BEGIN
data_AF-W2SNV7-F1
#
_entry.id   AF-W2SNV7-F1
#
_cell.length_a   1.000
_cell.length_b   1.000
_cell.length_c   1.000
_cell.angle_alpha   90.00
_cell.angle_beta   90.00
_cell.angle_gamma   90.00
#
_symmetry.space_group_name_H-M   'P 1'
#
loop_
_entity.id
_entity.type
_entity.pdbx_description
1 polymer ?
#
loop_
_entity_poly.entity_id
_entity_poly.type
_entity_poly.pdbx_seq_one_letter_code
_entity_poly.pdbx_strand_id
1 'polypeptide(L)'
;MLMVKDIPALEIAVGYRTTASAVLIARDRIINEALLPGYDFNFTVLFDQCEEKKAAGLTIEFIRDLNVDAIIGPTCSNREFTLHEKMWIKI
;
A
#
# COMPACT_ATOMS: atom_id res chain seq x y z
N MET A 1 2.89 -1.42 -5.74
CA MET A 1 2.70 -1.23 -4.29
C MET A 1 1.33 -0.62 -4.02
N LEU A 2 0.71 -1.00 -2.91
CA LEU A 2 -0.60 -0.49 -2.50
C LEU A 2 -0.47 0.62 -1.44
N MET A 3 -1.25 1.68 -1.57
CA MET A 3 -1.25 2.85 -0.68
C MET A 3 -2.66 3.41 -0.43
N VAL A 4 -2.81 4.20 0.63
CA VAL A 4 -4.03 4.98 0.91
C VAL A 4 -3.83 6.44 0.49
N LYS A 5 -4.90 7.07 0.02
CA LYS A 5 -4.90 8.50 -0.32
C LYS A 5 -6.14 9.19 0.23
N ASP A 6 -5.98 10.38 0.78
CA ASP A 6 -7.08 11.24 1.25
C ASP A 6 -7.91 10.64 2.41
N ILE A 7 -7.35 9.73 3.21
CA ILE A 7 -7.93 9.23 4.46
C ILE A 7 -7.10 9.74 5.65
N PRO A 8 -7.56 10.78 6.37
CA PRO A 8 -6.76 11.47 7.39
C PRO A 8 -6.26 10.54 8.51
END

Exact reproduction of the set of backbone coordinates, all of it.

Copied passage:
data_AF-W2SNV7-F1
#
_entry.id   AF-W2SNV7-F1
#
_cell.length_a   1.000
_cell.length_b   1.000
_cell.length_c   1.000
_cell.angle_alpha   90.00
_cell.angle_beta   90.00
_cell.angle_gamma   90.00
#
_symmetry.space_group_name_H-M   'P 1'
#
loop_
_entity.id
_entity.type
_entity.pdbx_description
1 polymer ?
#
loop_
_entity_poly.entity_id
_entity_poly.type
_entity_poly.pdbx_seq_one_letter_code
_entity_poly.pdbx_strand_id
1 'polypeptide(L)'
;MLMVKDIPALEIAVGYRTTASAVLIARDRIINEALLPGYDFNFTVLFDQCEEKKAAGLTIEFIRDLNVDAIIGPTCSNREFTLHEKMWIKI
;
A
#
# COMPACT_ATOMS: atom_id res chain seq x y z
N MET A 1 2.89 -1.42 -5.74
CA MET A 1 2.70 -1.23 -4.29
C MET A 1 1.33 -0.62 -4.02
N LEU A 2 0.71 -1.00 -2.91
CA LEU A 2 -0.60 -0.49 -2.50
C LEU A 2 -0.47 0.62 -1.44
N MET A 3 -1.25 1.68 -1.57
CA MET A 3 -1.25 2.85 -0.68
C MET A 3 -2.66 3.41 -0.43
N VAL A 4 -2.81 4.20 0.63
CA VAL A 4 -4.03 4.98 0.91
C VAL A 4 -3.83 6.44 0.49
N LYS A 5 -4.90 7.07 0.02
CA LYS A 5 -4.90 8.50 -0.32
C LYS A 5 -6.14 9.19 0.23
N ASP A 6 -5.98 10.38 0.78
CA ASP A 6 -7.08 11.24 1.25
C ASP A 6 -7.91 10.64 2.41
N ILE A 7 -7.35 9.73 3.21
CA ILE A 7 -7.93 9.23 4.46
C ILE A 7 -7.10 9.74 5.65
N PRO A 8 -7.56 10.78 6.37
CA PRO A 8 -6.76 11.47 7.39
C PRO A 8 -6.26 10.54 8.51